I don't know about other Yanks, but for scrambled eggs I would be equally as likely to say "fry" as "cook". Interestingly (or not), I only "cook" omelets; I haven't "fried" them yet.

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 Post subject: Re: COOKING
PostPosted: Thu Apr 30, 2020 12:43 pm 
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Nanohedron wrote:
I don't know about other Yanks, but for scrambled eggs I would be equally as likely to say "fry" as "cook". Interestingly (or not), I only "cook" omelets; I haven't "fried" them yet.

I agree that you can only "cook" an omelette, not fry it. I take it that's why David referred to "an omelette gone wrong". Similarly, you can only "cook" scrambled eggs. It's very different from frying. I think part of it is that frying implies that there's something solid to begin with. You can't fry a liquid.

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 Post subject: Re: COOKING
PostPosted: Thu Apr 30, 2020 12:51 pm 
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benhall.1 wrote:
Nanohedron wrote:
I don't know about other Yanks, but for scrambled eggs I would be equally as likely to say "fry" as "cook". Interestingly (or not), I only "cook" omelets; I haven't "fried" them yet.

I agree that you can only "cook" an omelette, not fry it. I take it that's why David referred to "an omelette gone wrong". Similarly, you can only "cook" scrambled eggs. It's very different from frying. I think part of it is that frying implies that there's something solid to begin with.

I suppose that's largely right. YET: we must account for fried eggs, then. Eggs always occupy a terminologically liminal area for me that way.

benhall.1 wrote:
You can't fry a liquid.

I still seem to manage, somehow. :lol:

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 Post subject: Re: COOKING
PostPosted: Thu Apr 30, 2020 1:25 pm 
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Nanohedron wrote:
YET: we must account for fried eggs, then.

Fried eggs are different. :P

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 Post subject: Re: COOKING
PostPosted: Thu Apr 30, 2020 1:37 pm 
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benhall.1 wrote:
Two batches of a gallon each of nettle wine plus another gallon just bottled, a gallon of medlar wine, a gallon of marrow wine, two gallons of dandelion wine, a small amount of grape wine (I know! :) ) from grapes from our garden, and I'm just about to set a gallon of oak leaf wine going, plus we've got a kit of wine from concentrate on the go which will produce 30 bottles of perfectly drinkable White Zinfandel. Oh, that reminds me - I've got to bottle my sloe port.

Then there's all the other garden products, like ash key pickle, nettle soup/quiche/pesto etc, dandelion leaf salad, nasturtium seed 'capers' and various other things. I kind of like to 'forage' in my own garden, which is a tad on the wild side!

How wonderful! I haven't heard of a lot of those, notably ash key pickle and oak leaf wine. Searching around, I notice that the latter seems possibly to be a Welsh thing (although maybe not exclusively); I came across its name, Gwin Dail Derw, when the writer - a Welshman - mentioned regularly gathering lots of leaves for it with his grandmother, who called it that.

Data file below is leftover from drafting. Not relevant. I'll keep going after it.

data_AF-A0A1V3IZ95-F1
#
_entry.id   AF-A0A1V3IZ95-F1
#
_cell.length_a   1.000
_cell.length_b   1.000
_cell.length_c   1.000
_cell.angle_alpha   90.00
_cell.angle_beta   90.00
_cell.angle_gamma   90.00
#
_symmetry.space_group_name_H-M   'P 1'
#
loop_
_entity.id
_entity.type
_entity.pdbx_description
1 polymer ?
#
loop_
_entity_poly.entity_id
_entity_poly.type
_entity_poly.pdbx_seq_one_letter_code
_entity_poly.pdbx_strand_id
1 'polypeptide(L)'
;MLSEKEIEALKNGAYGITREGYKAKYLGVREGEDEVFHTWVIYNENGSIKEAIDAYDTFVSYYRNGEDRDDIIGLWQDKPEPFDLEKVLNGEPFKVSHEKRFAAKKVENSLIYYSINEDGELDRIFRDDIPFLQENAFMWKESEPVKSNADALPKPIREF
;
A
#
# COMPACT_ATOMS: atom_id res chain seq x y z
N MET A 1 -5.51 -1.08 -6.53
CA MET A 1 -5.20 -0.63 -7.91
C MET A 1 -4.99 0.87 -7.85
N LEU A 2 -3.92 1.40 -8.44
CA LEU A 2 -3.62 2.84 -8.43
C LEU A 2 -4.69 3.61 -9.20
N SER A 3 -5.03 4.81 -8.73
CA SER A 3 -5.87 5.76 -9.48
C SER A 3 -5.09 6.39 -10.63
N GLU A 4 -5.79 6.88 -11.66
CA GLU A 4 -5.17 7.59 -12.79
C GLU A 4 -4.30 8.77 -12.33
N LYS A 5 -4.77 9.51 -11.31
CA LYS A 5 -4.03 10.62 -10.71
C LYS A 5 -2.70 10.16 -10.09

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 Post subject: Re: COOKING
PostPosted: Thu Apr 30, 2020 1:37 pm 
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benhall.1 wrote:
Nanohedron wrote:
YET: we must account for fried eggs, then.

Fried eggs are different. :P

Yes, of course. How silly of me. :poke:

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 Post subject: Re: COOKING
PostPosted: Thu Apr 30, 2020 2:07 pm 
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I've been quite interested in all the comments about pressure cookers. What advantage do they offer over a standard pot? I eat rice and beans or split peas nearly every day. Would pressure cooker behoove me?

I make my own hummus and pub cheese. I also roast and grind my own curry powders. Thus my two most favorite kitchen appliances are a mini food processor and a spice grinder.

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 Post subject: Re: COOKING
PostPosted: Thu Apr 30, 2020 2:48 pm 
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benhall.1 wrote:
Nanohedron wrote:
I don't know about other Yanks, but for scrambled eggs I would be equally as likely to say "fry" as "cook". Interestingly (or not), I only "cook" omelets; I haven't "fried" them yet.

I agree that you can only "cook" an omelette, not fry it. I take it that's why David referred to "an omelette gone wrong". Similarly, you can only "cook" scrambled eggs. It's very different from frying. I think part of it is that frying implies that there's something solid to begin with. You can't fry a liquid.
I think that in frying a surface is in contact with the heat of the pan for a significant time* so that it is done differently than the material in the middle. With scrambled eggs, as I understand them, the idea is to move the material in contact with the pan away from it quickly and mix it up with the stuff in the middle before it does anything other than firm up a little. So that's not frying**

Also I think that anything called a 'fried xxxx' was already an 'xxxx' before it was fried.

* So I find 'air fryer' an odd term.

**Stir frying is a different action. I guess if I saw 'stir fried egg' as a translation on a menu I would expect something like scrambled egg.


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 Post subject: Re: COOKING
PostPosted: Thu Apr 30, 2020 2:53 pm 
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Michael w6 wrote:
I've been quite interested in all the comments about pressure cookers. What advantage do they offer over a standard pot? I eat rice and beans or split peas nearly every day. Would pressure cooker behoove me?

Pressure cookers significantly reduce cooking time, water use, and energy expenditure. They also are excellent for braising tough cuts of meat into tenderness, faster than the low-and-slow oven method.